Cardinal Pell: Parishioner, prisoner and divider of public opinion

Sydney (AFP) –


After 12 months in jail and years of fighting child abuse allegations, Cardinal George Pell won his freedom on Tuesday -- but the former Vatican treasurer will likely divide public opinion for the rest of his life.

Australia's High Court quashed his conviction for child sex abuse, bringing an end to the most high-profile paedophilia case faced by the Catholic Church.

The 78-year-old left Barwon Prison near Melbourne after the court overturned five counts of sexually abusing two 13-year-old choirboys in the 1990s.

Pell always denied the charges.

From his time as a priest in rural Australia to the Vatican's inner circle, Pell stood as a champion of Catholic orthodoxy.

At home, he was considered a religious and conservative hero with a tough stance on euthanasia and gay marriage, while rejecting climate science.

Conservative activist Andrew Bolt on Tuesday decried the "witch hunt" against Pell as one of the "greatest miscarriages of justice" in Australian history.

Former conservative Australian prime minister Tony Abbott previously called Pell "one of the greatest churchmen that Australia has seen".

But over the years Pell was the subject of multiple rumours and accusations of serious wrongdoing, and he fervently denied claims that he covered up abuse by priests in Victoria state where he worked.

"What a load of absolute, disgraceful rubbish," Pell told Australian police when they first interviewed him in Rome in late 2016 about the sexual assault of two choirboys in Melbourne's St Patrick's Cathedral when he was Archbishop of the diocese in the 1990s.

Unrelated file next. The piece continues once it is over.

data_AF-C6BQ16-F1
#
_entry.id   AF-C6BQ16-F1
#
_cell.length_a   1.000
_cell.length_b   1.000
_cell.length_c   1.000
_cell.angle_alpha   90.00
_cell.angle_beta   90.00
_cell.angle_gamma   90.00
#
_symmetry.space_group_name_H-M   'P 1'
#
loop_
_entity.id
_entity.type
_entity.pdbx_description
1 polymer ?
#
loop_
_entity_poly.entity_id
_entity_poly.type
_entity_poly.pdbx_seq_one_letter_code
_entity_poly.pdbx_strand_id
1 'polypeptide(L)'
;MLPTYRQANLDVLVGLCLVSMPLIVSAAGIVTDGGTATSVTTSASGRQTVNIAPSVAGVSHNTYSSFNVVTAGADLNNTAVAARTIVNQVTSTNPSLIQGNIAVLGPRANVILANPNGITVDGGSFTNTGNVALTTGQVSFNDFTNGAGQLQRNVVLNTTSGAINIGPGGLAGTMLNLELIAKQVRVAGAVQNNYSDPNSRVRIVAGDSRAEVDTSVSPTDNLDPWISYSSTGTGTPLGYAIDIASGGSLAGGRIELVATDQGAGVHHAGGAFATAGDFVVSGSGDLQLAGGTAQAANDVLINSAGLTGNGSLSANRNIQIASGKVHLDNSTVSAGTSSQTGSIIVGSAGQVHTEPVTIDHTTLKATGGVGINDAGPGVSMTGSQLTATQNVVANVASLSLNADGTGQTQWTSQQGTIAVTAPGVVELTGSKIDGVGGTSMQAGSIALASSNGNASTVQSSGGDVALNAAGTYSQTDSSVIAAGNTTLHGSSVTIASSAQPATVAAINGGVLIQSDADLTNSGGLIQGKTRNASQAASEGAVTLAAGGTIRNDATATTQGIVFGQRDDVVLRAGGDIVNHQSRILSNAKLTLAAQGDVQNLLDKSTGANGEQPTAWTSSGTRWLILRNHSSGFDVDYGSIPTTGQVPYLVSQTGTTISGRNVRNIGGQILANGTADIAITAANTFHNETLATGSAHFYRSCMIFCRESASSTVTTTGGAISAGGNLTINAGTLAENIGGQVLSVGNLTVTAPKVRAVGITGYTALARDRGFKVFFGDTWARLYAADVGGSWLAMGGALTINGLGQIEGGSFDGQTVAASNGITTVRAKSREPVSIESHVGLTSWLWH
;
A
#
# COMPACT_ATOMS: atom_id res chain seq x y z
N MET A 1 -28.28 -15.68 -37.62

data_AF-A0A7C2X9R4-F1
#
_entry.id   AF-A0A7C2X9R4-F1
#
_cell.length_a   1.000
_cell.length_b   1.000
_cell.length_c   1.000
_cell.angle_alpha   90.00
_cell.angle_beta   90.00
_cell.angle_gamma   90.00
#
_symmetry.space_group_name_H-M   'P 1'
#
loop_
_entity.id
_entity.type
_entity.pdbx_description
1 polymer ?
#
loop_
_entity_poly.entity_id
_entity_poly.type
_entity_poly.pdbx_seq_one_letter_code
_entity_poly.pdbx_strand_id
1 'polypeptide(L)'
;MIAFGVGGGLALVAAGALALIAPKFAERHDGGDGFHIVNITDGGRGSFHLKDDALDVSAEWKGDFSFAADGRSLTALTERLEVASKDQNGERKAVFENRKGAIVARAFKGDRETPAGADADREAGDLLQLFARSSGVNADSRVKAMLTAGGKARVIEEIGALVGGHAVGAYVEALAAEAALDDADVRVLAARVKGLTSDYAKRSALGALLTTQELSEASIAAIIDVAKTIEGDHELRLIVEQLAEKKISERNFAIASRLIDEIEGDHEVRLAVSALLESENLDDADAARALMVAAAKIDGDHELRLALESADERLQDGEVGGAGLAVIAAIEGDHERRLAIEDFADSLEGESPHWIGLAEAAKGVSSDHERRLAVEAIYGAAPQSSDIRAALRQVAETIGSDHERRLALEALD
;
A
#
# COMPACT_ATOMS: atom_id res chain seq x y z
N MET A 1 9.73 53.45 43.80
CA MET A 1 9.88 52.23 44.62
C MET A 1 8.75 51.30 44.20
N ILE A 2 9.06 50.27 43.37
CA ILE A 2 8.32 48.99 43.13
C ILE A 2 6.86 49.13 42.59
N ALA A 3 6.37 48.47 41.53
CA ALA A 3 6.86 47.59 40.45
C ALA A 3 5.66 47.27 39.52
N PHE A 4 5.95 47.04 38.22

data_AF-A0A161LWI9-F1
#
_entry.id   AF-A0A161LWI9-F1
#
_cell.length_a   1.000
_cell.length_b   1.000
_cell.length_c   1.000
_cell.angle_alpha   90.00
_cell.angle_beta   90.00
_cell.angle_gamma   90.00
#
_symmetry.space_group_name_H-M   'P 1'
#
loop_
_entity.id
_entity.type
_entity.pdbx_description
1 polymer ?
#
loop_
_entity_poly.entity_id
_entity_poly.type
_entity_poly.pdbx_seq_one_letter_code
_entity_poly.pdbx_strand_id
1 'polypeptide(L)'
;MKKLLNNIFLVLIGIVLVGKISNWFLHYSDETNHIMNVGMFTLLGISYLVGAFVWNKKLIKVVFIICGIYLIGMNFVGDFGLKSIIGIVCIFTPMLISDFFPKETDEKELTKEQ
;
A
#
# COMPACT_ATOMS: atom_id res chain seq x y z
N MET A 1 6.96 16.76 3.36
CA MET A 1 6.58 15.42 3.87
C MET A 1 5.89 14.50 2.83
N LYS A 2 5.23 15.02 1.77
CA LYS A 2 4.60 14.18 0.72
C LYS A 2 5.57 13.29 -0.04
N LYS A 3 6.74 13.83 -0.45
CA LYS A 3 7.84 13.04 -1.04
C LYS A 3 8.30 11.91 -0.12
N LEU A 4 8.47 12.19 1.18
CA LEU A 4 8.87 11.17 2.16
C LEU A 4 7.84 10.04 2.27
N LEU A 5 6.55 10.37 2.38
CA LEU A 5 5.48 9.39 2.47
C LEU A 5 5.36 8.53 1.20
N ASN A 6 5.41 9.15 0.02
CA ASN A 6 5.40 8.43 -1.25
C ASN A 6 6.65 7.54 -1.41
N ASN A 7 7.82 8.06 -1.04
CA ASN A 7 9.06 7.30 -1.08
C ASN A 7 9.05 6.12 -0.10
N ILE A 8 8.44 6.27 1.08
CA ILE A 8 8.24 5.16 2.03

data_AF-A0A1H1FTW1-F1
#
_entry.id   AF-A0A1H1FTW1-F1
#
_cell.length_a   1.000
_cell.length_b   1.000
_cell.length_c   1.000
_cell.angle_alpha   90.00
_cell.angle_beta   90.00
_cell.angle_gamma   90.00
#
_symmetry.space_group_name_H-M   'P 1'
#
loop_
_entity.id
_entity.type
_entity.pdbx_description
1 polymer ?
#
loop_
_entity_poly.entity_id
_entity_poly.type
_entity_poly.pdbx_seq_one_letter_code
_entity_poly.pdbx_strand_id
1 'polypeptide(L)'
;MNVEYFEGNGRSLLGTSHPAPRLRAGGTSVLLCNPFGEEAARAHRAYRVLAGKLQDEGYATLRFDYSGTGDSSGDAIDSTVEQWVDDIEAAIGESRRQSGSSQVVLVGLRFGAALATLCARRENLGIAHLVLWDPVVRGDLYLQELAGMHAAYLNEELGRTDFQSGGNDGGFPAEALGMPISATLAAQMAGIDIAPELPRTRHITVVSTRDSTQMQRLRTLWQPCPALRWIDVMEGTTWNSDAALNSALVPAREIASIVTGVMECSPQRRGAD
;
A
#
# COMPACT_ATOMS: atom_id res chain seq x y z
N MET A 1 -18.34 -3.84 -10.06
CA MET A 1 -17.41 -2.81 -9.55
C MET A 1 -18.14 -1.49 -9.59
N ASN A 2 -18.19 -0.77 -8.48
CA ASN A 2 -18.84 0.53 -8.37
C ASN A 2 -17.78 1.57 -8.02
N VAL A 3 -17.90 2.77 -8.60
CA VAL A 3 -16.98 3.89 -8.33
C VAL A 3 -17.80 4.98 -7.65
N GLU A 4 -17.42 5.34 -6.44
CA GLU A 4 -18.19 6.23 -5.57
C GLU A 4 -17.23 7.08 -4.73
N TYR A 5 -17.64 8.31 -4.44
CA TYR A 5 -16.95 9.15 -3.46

After being charged a few months later, Pell dismissed the allegations as "products of fantasy".

That reaction was in character for the cleric, an imposing and outspoken champion of conservative causes long accustomed to mingling with Australia's elite.

Born in June 1941, Pell grew up in Ballarat, a rural Australian gold rush town about 100 kilometres (60 miles) from Melbourne.

He was a keen member of his college debating team and a lead actor in school productions.

His devout Catholic mother was reportedly pleased that her son decided to pursue a career in the church, but his father, an Anglican, was bewildered he'd turned down a contract from one of the country's top Australian rules football teams.

- College of cardinals -

Having chosen the religious path, Pell completed part of his studies in Rome before being ordained as a priest for the Ballarat diocese in 1966.

His star rose and he went on to become Archbishop of Melbourne and then of Sydney at the behest of Pope John Paul II.

In 2003 he was named to the Vatican's powerful College of Cardinals, a position that allowed him to vote in the conclaves that elected popes Benedict and Francis.

In 2014, he was handpicked by Pope Francis to run the Vatican's finances, viewed as the third-most powerful position in the church.

From the pulpit, and publicly, Pell espoused traditional Catholic values.

His star faded somewhat, however, following a national inquiry into alleged child sex abuse by Catholic priests in Australia between 1950 and 2010.

The inquiry heard that there were 4,444 alleged victims of paedophilia, and in some dioceses more than 15 percent of priests were perpetrators.

Repeatedly questioned during hearings about paedophile priests in the Ballarat diocese in the 1970s and 80s, Pell apologised on behalf of the church but insisted he had no memory of claims of sustained mistreatment.

He did, however, admit he "mucked up" in dealing with paedophile priests in the 1970s, but said he was deceived by senior clergy about what was happening during a time of "crimes and cover-ups".